Stat 430

STAT 430: Empirical Methods for the Computational Sciences
(3-0) Cr. 3. F. Prereq: STAT 330 or an equivalent course, MATH 166, knowledge of linear algebra.
Statistical methods for research involving computers; exploratory data analysis; selected topics from analysis of designed experiments - analysis of variance, hypothesis testing, interaction among variables; linear regression, logistic regression, Poisson regression; parameter estimation, prediction, confidence regions, dimension reduction techniques, model diagnostics and sensitivity analysis; Markov chains and processes; simulation techniques and bootstrap methods; applications to computer science, bioinformatics, computer engineering - programs, models and systems as objects of empirical study; communicating results of empirical studies. Statistical software: R.


Category II. Biological Sciences

Biol 313 or equiv.

Biol 313. Principles of Genetics. (Cross-listed with Gen). (3-0) Cr. 3. F.S.Prereq: 211, 211L, 212, and 212L. Introduction to the principles of transmission and molecular genetics of plants, animals, and bacteria. Recombination, structure and replication of DNA, gene expression, cloning, quantitative and population genetics.

Biol 315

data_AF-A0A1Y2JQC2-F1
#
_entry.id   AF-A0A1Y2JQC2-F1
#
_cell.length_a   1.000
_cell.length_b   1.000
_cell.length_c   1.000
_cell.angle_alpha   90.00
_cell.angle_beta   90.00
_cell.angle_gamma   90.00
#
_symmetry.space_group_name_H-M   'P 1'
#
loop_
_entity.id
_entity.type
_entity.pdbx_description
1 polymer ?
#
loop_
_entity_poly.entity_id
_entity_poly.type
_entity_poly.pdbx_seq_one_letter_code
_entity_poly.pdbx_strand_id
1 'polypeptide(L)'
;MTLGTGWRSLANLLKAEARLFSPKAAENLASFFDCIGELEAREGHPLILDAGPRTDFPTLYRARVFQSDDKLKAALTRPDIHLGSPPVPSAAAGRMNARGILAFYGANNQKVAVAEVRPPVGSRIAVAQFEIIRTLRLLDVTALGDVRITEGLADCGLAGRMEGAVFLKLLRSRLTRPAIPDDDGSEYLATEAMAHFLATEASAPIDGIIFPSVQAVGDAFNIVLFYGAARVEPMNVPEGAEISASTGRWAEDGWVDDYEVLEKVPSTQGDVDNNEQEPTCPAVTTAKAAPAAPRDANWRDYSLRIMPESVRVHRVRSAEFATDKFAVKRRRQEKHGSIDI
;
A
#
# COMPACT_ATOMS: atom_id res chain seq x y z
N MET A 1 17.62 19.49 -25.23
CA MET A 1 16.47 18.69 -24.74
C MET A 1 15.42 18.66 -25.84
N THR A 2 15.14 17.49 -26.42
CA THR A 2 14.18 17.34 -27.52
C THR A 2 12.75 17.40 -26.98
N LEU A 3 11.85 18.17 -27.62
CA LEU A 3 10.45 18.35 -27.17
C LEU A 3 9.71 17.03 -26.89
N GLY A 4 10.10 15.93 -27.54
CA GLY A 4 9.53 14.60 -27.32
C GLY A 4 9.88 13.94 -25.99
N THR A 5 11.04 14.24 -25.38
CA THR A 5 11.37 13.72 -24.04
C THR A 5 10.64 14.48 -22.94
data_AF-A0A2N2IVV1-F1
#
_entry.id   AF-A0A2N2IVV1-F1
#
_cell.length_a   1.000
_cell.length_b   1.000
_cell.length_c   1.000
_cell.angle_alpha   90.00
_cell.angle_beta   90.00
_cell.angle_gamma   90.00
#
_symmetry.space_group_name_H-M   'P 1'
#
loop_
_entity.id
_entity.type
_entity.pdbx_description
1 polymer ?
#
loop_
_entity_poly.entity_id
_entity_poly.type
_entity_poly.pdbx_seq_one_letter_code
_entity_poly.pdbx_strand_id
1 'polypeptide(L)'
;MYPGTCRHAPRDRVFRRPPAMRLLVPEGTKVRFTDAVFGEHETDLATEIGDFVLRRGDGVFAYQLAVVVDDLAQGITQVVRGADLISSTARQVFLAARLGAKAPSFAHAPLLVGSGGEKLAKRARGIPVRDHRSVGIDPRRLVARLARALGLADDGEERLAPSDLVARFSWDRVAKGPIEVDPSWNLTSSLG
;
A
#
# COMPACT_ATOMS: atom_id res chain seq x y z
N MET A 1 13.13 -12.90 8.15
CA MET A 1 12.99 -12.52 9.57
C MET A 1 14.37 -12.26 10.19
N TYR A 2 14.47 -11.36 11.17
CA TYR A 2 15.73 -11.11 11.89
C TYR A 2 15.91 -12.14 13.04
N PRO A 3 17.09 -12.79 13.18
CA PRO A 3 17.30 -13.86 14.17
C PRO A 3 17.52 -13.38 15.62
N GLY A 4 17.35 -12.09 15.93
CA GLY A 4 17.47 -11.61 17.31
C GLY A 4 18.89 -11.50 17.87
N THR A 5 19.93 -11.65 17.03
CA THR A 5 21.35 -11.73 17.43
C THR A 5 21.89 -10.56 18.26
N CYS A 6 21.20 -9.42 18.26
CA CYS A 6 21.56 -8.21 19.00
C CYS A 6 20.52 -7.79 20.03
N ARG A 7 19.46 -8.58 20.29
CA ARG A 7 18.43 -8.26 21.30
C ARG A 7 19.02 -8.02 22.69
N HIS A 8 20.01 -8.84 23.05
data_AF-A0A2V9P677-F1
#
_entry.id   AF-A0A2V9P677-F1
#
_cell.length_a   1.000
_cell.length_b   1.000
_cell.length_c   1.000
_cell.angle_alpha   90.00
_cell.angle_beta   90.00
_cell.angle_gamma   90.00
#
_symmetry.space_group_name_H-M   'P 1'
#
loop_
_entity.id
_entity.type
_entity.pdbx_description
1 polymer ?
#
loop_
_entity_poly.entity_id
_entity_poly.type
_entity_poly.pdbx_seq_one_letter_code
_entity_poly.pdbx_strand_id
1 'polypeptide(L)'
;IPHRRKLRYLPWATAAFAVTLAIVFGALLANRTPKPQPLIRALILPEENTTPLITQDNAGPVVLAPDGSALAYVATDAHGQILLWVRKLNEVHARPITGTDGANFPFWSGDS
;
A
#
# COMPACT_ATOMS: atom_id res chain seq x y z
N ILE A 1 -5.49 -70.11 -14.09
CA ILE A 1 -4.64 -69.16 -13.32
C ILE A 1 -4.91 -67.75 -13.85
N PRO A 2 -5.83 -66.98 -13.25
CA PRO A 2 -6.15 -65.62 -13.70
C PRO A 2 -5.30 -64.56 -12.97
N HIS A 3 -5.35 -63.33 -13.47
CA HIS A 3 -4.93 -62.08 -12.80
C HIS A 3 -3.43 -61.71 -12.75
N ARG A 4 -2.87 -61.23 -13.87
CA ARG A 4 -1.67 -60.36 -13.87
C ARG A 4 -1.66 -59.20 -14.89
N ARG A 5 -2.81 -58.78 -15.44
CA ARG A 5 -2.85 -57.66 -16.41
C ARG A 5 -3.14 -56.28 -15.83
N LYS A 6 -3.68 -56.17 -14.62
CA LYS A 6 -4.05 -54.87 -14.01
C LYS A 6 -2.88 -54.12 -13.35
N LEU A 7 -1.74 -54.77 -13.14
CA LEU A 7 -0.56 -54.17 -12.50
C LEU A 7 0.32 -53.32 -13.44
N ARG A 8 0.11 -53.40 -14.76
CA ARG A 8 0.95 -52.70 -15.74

Biol 315. Biological Evolution. (3-0) Cr. 3. F.S.Prereq: 313. The mechanisms of evolution. Topics in microevolution: population genetics, natural selection, genetic variation, and adaptation. Macroevolution: speciation, extinction, phylogeny, and major evolutionary patterns.


Category III. Computer Science

Com S 227
or equiv

COM S 227. Introduction to Object-oriented Programming. (3-2) Cr. 4. F.S. Prereq: Placement into Math 143, 165, or higher; recommended: a previous high school or college course in programming or equivalent experience. Introduction to object-oriented design and programming techniques. Symbolic and numerical computation, recursion and iteration, modularity procedural and data abstraction, and specifications and subtyping. Object-oriented techniques including encapsulation, inheritance and polymorphism. Imperative programming. Emphasis on principles of programming and object-oriented design through extensive practice in design, writing, running, debugging, and reasoning. Course intended for Com S majors. Credit may not be applied toward graduation for both Com S 207 and 227.

Com S 228 or equiv

COM S 228. Introduction to Data Structures. (3-1) Cr. 3. F.S. Prereq: Minimum of C- in 227, credit or enrollment in Math 165. An object-oriented approach to data structures and algorithms. Object-oriented analysis, design, and programming, with emphasis on data abstraction, inheritance and subtype polymorphism. Abstract data type specification and correctness. Collections and associated algorithms, such as stacks, queues, lists, trees. Searching and sorting algorithms. Graphs. Data on secondary storage. Analysis of algorithms. Emphasis on object-oriented design, writing and documenting medium-sized programs. This course is designed for majors.

Com S 230 or

Com S 230. Discrete Computational Structures. (3-1) Cr. 3. F.S. Prereq: C- or higher in 228, C- or higher in Math 166 and Engl 250. Concepts in discrete mathematics as applied to computer science. Logic, proof techniques, set theory, relations, graphs, combinatorics, discrete probability and number theory.


*F = Fall semester; S = Spring semester; SS = Summer Session